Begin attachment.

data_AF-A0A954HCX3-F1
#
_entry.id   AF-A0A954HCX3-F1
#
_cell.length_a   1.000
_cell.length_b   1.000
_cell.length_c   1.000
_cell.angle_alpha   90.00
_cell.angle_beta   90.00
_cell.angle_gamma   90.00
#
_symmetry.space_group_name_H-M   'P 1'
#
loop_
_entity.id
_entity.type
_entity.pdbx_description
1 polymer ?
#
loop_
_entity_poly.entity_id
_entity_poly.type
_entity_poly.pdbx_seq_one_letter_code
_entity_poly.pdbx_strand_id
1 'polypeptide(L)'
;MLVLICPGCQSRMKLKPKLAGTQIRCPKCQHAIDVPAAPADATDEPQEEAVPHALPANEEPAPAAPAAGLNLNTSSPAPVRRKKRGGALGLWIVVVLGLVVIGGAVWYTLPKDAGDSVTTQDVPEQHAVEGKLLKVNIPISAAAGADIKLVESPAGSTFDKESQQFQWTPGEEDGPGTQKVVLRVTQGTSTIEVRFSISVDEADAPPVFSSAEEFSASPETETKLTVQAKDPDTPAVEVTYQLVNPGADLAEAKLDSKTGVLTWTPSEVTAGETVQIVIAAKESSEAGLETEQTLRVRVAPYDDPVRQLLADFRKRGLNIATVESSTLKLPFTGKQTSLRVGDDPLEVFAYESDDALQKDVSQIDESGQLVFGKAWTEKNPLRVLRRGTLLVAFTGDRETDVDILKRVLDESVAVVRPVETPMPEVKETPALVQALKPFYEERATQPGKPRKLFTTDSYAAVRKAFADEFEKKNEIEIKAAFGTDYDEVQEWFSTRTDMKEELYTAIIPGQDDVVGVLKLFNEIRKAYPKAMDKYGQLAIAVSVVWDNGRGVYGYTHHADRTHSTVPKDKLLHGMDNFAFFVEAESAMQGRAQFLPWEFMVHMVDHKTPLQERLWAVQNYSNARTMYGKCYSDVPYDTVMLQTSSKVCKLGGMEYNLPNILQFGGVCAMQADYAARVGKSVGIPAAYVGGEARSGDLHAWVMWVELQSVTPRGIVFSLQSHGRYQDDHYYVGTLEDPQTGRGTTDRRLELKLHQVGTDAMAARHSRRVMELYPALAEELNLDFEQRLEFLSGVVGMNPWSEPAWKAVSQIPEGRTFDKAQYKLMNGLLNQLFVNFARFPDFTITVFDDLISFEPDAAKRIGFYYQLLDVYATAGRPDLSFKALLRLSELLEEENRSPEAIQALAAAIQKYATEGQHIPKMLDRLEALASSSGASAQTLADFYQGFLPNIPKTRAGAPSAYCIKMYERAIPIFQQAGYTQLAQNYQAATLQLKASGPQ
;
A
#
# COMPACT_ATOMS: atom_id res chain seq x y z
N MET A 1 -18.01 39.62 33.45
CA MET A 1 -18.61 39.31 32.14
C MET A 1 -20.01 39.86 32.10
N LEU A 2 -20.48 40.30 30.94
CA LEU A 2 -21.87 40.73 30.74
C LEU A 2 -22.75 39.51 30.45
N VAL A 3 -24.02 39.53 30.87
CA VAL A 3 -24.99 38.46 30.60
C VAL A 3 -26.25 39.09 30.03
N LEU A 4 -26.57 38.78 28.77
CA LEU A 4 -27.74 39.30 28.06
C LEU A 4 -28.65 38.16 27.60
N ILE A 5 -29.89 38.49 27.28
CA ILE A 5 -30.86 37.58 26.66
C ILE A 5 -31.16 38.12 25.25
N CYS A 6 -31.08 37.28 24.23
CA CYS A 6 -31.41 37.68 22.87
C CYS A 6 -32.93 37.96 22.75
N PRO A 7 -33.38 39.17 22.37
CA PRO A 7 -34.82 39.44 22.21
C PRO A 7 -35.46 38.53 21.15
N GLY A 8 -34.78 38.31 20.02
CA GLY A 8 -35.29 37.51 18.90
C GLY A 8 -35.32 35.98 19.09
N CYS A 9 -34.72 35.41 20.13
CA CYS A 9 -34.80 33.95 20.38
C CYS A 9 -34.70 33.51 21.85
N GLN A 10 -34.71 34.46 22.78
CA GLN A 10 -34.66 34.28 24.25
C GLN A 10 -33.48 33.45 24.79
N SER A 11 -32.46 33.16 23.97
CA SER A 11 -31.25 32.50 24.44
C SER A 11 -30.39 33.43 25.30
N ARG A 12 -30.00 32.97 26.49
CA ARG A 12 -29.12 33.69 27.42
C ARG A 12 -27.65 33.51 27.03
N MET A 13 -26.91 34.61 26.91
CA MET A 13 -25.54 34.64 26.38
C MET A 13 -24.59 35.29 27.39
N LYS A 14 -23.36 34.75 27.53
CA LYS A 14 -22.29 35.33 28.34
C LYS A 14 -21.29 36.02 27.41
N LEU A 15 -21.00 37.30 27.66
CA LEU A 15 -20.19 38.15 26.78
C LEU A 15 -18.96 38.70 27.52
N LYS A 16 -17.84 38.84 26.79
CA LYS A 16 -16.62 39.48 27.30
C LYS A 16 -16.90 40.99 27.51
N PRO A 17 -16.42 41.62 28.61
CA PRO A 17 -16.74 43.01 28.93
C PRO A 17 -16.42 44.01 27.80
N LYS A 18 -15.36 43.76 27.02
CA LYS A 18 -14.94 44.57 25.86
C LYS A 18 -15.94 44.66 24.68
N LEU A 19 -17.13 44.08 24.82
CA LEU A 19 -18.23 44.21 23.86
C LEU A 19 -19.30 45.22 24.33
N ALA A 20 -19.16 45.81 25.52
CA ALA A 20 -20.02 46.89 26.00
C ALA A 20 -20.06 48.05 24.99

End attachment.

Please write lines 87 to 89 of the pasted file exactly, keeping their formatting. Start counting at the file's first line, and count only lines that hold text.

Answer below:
C LEU A 19 -19.30 45.22 24.33
N ALA A 20 -19.16 45.81 25.52
CA ALA A 20 -20.02 46.89 26.00